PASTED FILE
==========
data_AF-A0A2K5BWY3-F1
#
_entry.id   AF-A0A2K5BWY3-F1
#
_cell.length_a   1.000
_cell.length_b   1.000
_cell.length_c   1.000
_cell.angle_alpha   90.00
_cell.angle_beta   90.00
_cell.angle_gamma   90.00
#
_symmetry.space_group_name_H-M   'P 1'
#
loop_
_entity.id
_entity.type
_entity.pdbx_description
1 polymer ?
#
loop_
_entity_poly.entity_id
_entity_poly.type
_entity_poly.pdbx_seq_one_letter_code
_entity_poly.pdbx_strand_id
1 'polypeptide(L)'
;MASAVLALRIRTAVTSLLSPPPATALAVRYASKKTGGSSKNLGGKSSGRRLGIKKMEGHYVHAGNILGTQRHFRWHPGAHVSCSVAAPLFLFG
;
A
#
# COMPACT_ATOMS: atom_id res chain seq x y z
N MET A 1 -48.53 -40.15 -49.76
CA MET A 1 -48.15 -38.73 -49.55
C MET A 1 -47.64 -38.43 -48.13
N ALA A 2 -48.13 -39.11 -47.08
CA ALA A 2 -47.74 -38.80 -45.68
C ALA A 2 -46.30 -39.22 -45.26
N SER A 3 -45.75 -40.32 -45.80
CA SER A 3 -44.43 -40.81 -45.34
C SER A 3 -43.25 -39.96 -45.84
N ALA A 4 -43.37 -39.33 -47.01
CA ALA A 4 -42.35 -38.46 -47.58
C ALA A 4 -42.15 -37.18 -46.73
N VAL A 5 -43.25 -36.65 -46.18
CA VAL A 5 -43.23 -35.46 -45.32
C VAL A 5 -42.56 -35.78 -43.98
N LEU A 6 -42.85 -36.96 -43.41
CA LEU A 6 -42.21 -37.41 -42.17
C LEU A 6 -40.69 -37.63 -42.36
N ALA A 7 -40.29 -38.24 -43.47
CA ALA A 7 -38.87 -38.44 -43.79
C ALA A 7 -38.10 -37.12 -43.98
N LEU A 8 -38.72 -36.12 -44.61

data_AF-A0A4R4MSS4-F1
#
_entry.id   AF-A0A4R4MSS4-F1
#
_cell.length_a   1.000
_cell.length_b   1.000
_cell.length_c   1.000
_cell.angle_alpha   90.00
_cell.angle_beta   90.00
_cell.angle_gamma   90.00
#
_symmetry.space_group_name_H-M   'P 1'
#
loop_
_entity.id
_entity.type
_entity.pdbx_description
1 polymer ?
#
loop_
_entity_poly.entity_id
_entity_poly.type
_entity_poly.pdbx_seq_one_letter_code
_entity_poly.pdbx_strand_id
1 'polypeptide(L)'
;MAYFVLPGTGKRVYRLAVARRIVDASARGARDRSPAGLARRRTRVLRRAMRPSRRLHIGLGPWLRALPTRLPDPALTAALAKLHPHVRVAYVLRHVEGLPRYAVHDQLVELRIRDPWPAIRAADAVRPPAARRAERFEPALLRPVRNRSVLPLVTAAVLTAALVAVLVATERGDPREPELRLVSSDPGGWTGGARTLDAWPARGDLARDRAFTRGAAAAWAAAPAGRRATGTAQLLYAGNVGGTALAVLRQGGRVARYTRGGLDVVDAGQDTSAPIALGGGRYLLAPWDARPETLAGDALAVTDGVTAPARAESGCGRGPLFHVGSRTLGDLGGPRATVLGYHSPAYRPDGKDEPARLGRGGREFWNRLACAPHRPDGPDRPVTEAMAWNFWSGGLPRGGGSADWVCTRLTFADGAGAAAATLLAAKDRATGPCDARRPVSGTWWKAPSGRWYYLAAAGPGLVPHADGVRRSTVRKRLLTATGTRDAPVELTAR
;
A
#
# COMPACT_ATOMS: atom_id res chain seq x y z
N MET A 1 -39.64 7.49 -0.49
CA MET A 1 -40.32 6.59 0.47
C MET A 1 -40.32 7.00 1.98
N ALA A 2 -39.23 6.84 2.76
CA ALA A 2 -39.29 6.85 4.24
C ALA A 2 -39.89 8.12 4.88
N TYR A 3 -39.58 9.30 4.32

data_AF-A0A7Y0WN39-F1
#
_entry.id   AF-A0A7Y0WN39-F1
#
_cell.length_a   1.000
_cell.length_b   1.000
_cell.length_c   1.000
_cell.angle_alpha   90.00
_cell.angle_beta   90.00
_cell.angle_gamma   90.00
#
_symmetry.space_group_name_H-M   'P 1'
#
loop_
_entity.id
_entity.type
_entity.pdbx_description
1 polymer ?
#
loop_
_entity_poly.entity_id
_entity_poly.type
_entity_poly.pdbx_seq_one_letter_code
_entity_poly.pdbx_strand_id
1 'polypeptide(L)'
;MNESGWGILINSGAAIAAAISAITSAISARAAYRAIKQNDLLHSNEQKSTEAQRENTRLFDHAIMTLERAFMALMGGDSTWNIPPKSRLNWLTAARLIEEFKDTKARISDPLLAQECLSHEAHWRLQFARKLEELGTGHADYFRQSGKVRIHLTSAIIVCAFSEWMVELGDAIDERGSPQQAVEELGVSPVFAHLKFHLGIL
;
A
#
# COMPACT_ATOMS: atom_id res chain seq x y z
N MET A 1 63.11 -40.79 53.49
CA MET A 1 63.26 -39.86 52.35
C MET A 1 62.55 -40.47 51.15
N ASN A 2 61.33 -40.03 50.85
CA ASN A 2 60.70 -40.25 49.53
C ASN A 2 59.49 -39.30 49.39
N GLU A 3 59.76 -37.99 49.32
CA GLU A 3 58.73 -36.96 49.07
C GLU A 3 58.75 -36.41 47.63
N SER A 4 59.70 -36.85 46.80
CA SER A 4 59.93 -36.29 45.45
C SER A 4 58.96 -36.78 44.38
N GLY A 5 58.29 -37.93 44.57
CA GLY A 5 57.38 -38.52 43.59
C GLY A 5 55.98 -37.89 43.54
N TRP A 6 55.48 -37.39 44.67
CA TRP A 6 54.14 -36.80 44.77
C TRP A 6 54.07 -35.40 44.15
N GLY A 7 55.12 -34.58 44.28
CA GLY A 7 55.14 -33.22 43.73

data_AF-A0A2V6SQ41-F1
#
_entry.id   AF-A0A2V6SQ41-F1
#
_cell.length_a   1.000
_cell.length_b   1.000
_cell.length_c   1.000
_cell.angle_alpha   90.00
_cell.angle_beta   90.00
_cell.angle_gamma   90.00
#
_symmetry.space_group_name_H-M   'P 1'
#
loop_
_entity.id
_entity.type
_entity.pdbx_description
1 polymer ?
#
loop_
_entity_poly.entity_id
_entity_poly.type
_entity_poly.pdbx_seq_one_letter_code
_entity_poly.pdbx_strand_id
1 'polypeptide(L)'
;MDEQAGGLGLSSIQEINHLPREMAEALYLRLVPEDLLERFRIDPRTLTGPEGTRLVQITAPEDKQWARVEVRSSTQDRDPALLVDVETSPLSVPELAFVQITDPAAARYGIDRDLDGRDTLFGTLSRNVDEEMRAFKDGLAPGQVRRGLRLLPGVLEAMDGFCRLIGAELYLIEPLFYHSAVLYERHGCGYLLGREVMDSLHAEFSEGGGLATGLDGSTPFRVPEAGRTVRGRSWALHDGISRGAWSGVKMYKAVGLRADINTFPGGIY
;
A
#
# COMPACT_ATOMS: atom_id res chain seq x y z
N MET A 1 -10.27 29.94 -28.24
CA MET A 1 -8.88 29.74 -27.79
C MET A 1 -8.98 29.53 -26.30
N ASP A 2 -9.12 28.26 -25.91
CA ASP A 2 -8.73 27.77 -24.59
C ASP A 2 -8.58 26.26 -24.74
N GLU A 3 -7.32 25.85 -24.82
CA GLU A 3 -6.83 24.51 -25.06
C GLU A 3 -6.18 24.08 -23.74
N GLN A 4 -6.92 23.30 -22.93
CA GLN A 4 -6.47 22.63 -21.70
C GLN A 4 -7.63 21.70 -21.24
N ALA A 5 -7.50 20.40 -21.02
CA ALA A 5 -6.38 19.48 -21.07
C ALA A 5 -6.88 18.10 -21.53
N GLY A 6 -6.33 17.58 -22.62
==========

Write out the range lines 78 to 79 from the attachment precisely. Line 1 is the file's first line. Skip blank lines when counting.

;MAYFVLPGTGKRVYRLAVARRIVDASARGARDRSPAGLARRRTRVLRRAMRPSRRLHIGLGPWLRALPTRLPDPALTAALAKLHPHVRVAYVLRHVEGLPRYAVHDQLVELRIRDPWPAIRAADAVRPPAARRAERFEPALLRPVRNRSVLPLVTAAVLTAALVAVLVATERGDPREPELRLVSSDPGGWTGGARTLDAWPARGDLARDRAFTRGAAAAWAAAPAGRRATGTAQLLYAGNVGGTALAVLRQGGRVARYTRGGLDVVDAGQDTSAPIALGGGRYLLAPWDARPETLAGDALAVTDGVTAPARAESGCGRGPLFHVGSRTLGDLGGPRATVLGYHSPAYRPDGKDEPARLGRGGREFWNRLACAPHRPDGPDRPVTEAMAWNFWSGGLPRGGGSADWVCTRLTFADGAGAAAATLLAAKDRATGPCDARRPVSGTWWKAPSGRWYYLAAAGPGLVPHADGVRRSTVRKRLLTATGTRDAPVELTAR
;